Mount Konocti
Mount Konocti as seen from Clear Lake
Highest point
Elevation4,305 ft (1,312 m) NAVD 88[1]
Prominence2,339 ft (713 m)[2]
Coordinates38°58′29″N 122°45′57″W / 38.974618944°N 122.765919869°W / 38.974618944; -122.765919869[1]
Mount Konocti is located in California
Mount Konocti
Mount Konocti
Location in California
Mount Konocti is located in the United States
Mount Konocti
Mount Konocti
Mount Konocti (the United States)
LocationLake County, California
Parent rangeCalifornia Coast Ranges
Topo mapUSGS Kelseyville
Age of rockAbout 350,000 years
Mountain typeLava dome[3]
Volcanic fieldClear Lake Volcanic Field
Last eruption11,000 years ago[4]

Mount Konocti /kˈnɒkt/ is a volcano in Lake County, California on the south shore of Clear Lake. At 4,305 feet (1,312 m), it is the second highest peak in the Clear Lake Volcanic Field, which consists of numerous volcanic domes and cones ranging from 10,000 to 2.1 million years old. Although it is often described as extinct, it is actually classified as High Threat Potential.[4][5] Clear Lake Volcanic Field's alert level is currently classified as Normal.[4]


Aerial view from southeast, circa 1975

The volcano is the most visible landmark in Lake County other than the lake. The mountain is located between the towns of Lakeport and Clearlake. It lies directly south of Soda Bay and Riviera Heights and east of Kelseyville. Konocti Harbor and Soda Bay sit at the base of the mountain. From the summit of Mount Konocti, the taller peaks and ridges around Snow Mountain can be seen to the northeast.

Mount Konocti has five distinctive peaks: Wright Peak (4,299 feet or 1,310 meters), Howard Peak (4,286 ft or 1,306 m), South Peak (4,286 ft or 1,306 m), Buckingham Peak (3,967 ft or 1,209 m) and Clark Peak (2,880 ft or 880 m). Wright Peak, Howard Peak, and South Peak make up the main part of the mountain, while Buckingham Peak and Clark Peak are located off to the side. Konocti Road runs about 4 miles (6.4 km) west from the Taylor Planetarium & Observatory in the town of Kelseyville, snaking between Howard and South Peaks and ending at the mountain's summit, Wright Peak.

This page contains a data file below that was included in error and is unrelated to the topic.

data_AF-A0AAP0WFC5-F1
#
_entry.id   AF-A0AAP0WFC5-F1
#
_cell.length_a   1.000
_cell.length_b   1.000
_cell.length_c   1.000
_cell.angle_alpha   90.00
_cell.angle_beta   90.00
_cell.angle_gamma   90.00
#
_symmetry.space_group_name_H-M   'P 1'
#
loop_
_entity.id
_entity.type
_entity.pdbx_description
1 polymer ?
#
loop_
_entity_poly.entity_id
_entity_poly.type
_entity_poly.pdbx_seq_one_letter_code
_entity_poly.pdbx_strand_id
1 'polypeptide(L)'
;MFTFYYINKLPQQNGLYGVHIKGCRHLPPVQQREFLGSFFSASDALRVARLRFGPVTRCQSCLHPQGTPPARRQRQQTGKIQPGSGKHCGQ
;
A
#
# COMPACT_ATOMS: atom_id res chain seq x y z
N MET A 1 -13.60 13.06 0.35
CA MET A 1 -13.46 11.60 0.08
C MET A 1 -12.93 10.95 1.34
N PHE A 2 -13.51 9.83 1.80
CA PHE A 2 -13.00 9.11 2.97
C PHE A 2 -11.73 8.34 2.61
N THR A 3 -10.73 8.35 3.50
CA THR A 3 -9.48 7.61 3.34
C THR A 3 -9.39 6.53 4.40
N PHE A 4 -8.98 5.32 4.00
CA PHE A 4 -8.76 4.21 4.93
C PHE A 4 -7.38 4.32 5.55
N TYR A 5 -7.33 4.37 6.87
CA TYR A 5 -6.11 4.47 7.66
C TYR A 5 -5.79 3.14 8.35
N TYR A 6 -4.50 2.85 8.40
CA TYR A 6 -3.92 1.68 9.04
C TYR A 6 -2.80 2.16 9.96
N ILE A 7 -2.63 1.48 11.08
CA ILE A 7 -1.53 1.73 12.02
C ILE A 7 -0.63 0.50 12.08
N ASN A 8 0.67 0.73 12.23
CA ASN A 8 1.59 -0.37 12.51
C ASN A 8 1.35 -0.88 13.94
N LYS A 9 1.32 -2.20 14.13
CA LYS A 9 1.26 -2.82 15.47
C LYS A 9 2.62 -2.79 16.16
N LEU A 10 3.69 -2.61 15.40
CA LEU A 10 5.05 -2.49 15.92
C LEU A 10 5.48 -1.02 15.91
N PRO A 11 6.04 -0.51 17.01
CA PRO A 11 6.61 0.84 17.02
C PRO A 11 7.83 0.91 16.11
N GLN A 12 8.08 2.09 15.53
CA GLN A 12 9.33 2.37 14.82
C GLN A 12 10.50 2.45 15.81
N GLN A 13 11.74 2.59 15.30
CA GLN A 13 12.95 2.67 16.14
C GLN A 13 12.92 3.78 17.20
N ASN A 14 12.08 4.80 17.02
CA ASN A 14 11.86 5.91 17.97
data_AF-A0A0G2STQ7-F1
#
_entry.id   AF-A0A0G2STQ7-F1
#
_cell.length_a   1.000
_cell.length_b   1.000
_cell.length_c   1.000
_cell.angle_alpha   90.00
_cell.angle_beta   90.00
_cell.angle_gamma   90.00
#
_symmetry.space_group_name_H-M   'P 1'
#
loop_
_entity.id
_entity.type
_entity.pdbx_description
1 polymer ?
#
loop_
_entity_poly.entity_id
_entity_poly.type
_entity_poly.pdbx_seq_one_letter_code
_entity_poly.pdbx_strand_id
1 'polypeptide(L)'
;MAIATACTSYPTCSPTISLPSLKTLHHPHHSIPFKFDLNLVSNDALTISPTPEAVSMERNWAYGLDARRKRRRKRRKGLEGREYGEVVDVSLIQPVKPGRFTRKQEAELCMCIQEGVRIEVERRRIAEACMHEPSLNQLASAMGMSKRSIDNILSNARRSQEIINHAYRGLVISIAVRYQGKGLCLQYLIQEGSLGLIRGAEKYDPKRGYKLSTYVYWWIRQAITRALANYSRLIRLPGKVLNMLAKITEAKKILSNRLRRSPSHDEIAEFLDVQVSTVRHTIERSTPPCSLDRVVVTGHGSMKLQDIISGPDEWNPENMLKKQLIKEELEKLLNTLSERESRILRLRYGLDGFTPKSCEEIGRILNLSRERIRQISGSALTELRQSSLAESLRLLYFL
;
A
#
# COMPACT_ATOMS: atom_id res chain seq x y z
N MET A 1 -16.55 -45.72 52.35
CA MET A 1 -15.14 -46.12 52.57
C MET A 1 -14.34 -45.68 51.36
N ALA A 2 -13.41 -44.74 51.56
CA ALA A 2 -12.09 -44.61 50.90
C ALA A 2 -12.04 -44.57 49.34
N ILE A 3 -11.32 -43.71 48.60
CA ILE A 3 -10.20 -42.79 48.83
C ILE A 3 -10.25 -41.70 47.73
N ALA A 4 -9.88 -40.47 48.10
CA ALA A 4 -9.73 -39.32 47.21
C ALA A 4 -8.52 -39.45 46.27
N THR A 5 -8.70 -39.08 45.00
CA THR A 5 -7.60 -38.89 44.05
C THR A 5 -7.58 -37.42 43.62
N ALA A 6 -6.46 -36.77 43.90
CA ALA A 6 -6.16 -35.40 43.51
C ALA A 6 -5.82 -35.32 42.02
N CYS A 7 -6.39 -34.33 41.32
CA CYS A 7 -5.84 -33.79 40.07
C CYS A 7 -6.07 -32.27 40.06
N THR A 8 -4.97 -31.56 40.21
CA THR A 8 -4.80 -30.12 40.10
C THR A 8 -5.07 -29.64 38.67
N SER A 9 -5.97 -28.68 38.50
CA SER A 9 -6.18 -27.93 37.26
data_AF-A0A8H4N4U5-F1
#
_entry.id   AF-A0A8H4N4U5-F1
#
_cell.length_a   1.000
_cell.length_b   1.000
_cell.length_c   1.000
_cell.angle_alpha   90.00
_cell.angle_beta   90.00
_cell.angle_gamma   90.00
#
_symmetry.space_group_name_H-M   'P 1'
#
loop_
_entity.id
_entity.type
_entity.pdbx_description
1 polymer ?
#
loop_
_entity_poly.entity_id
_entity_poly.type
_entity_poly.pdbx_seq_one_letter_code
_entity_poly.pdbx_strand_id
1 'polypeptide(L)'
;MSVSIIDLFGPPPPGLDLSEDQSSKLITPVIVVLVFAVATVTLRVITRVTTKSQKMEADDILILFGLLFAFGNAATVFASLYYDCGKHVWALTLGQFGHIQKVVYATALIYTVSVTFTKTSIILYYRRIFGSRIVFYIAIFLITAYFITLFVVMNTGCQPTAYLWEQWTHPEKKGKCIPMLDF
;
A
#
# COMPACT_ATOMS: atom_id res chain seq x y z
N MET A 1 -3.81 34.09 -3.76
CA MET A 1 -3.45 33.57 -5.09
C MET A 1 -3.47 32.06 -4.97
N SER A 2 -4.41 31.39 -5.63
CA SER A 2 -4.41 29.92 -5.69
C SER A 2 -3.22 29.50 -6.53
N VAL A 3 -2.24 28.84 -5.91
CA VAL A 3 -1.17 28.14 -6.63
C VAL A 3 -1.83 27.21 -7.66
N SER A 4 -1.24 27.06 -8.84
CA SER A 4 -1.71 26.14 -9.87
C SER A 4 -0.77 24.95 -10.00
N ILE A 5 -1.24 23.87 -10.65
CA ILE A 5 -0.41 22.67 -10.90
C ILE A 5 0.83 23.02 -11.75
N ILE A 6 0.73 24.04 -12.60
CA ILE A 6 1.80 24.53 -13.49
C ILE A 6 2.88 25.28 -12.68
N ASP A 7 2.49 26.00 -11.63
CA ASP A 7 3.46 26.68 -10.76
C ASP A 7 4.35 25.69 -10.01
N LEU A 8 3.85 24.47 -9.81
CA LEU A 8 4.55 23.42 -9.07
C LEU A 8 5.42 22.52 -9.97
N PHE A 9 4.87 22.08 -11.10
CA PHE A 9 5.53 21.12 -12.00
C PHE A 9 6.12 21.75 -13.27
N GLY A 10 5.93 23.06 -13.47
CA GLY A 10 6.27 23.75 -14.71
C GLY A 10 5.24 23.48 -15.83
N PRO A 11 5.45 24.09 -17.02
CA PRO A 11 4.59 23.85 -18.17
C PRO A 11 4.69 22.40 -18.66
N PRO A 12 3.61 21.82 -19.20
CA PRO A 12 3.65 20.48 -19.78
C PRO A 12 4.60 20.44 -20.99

Benson Ridge lies to the south of Clark Peak and west of South Peak. Buckingham Peak lies north of Howard and Wright Peaks and northeast of Clark Peak. South Peak is directly south of Howard Peak and southwest of Wright Peak. Wright Peak lies east and a little north of Howard Peak.


Mount Konocti probably first erupted some 350,000 years ago and last erupted 11,000 years ago. Mount Konocti has an explosive, eruptive history with devastating lava flows ending about 13,000 years ago that formed the mountains from Clearlake Oaks to Ukiah, all of which now are covered by trees making the ancient flows hard to find.[4] Clear Lake is much older and is possibly the oldest securely dated lake in North America. Core samples taken by U.S. Geological Survey geologists in 1973 and 1980 have been dated to 480,000 years.[6]

Archaeologists have found evidence that native people, principally Pomo people and Wappo, have inhabited the area around Konocti for as much as 11,000 years.[citation needed] The name "Konocti" is derived from the Pomo "kno", mountain, and "htai", woman.[7]